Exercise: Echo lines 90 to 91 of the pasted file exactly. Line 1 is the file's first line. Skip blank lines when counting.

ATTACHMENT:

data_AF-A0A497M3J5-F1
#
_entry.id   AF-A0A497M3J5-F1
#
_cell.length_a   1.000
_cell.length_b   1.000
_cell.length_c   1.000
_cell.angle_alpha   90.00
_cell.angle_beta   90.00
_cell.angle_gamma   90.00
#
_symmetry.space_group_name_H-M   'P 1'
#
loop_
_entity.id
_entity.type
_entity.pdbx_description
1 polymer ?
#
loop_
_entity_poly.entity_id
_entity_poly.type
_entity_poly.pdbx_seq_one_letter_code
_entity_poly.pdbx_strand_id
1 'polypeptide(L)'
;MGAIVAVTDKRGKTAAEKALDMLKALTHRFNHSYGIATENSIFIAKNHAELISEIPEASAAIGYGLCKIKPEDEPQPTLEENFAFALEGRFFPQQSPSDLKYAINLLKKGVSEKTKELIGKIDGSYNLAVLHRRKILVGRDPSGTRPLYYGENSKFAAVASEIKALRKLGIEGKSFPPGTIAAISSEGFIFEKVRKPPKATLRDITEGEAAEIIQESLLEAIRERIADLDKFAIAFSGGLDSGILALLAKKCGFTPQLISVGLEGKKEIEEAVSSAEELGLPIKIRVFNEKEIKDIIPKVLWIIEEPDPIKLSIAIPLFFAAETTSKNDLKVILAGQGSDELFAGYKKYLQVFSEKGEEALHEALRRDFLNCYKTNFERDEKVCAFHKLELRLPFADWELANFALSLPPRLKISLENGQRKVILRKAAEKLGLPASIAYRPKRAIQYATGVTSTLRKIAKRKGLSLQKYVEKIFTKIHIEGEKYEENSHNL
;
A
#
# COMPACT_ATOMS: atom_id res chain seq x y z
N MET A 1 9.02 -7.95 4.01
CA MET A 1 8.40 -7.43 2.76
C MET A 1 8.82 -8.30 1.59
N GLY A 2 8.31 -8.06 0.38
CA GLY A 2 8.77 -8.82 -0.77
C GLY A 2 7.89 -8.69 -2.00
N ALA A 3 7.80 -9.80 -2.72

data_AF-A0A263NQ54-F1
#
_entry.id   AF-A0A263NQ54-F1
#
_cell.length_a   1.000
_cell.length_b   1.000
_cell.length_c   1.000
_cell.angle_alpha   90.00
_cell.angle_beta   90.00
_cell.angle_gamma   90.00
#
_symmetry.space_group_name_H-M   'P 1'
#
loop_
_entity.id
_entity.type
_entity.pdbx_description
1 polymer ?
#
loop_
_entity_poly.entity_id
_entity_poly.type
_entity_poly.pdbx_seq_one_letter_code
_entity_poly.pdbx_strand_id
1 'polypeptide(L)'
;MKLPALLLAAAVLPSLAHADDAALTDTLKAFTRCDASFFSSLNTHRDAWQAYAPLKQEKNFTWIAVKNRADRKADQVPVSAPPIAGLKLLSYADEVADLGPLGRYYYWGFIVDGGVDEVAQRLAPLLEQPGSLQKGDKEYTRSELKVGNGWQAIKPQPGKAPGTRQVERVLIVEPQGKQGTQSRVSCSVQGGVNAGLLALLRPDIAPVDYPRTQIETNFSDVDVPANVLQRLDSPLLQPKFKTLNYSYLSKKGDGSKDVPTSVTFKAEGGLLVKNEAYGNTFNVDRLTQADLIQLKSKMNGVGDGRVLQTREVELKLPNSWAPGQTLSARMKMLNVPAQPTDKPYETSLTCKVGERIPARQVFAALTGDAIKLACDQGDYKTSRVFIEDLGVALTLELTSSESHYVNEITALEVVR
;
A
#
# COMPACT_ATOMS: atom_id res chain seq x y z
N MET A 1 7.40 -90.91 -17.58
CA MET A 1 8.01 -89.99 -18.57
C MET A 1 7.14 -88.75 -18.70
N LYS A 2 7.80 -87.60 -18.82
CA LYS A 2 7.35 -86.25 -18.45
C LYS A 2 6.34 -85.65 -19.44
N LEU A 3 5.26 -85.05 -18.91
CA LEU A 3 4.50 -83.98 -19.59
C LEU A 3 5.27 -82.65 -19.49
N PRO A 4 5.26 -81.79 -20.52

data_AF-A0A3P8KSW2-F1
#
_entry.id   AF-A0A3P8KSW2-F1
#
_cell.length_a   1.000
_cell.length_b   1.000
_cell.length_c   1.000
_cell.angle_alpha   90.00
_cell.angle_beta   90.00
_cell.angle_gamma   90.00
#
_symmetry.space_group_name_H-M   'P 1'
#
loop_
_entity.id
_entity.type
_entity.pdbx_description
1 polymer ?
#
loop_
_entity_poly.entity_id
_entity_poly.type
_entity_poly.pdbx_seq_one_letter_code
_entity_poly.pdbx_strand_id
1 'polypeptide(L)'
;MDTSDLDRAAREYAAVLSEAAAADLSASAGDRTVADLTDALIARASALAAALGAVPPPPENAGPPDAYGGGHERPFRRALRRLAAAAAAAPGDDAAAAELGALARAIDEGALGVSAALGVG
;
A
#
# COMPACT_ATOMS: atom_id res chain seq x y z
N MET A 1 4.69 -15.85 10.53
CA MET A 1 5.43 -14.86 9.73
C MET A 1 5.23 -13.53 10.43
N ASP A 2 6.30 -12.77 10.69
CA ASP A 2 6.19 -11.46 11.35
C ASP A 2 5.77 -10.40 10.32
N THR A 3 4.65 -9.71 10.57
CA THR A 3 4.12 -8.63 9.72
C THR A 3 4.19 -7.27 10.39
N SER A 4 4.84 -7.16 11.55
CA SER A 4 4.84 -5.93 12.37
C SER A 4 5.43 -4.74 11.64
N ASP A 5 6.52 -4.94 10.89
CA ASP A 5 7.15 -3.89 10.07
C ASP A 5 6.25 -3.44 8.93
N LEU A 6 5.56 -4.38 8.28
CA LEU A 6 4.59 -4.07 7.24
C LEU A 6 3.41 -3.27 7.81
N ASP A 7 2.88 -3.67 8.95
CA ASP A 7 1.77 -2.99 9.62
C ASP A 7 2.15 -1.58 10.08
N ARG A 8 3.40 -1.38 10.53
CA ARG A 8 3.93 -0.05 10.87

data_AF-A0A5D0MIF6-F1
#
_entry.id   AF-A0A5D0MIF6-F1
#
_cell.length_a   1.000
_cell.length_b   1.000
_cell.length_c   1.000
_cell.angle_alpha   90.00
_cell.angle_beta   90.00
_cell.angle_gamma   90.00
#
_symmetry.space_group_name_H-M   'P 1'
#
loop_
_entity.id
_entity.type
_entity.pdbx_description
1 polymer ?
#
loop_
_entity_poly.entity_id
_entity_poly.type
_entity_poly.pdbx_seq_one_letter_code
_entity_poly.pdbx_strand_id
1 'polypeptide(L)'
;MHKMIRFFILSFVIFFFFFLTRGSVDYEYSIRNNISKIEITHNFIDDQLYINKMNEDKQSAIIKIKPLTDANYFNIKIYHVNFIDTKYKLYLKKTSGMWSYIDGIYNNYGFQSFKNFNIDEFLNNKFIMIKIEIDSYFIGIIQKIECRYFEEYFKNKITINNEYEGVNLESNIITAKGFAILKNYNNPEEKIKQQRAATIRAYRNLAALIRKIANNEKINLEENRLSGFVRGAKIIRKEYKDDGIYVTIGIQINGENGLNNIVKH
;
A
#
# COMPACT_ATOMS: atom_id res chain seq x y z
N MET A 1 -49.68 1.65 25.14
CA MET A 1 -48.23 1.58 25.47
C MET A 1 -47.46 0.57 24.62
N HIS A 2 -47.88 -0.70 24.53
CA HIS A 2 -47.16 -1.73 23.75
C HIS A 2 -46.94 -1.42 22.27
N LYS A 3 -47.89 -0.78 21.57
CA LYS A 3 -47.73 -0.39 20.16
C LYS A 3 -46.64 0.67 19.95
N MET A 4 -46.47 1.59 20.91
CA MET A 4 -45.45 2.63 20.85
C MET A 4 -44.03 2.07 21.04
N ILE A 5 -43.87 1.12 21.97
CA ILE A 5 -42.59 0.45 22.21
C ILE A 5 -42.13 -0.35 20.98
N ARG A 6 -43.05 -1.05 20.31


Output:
#
loop_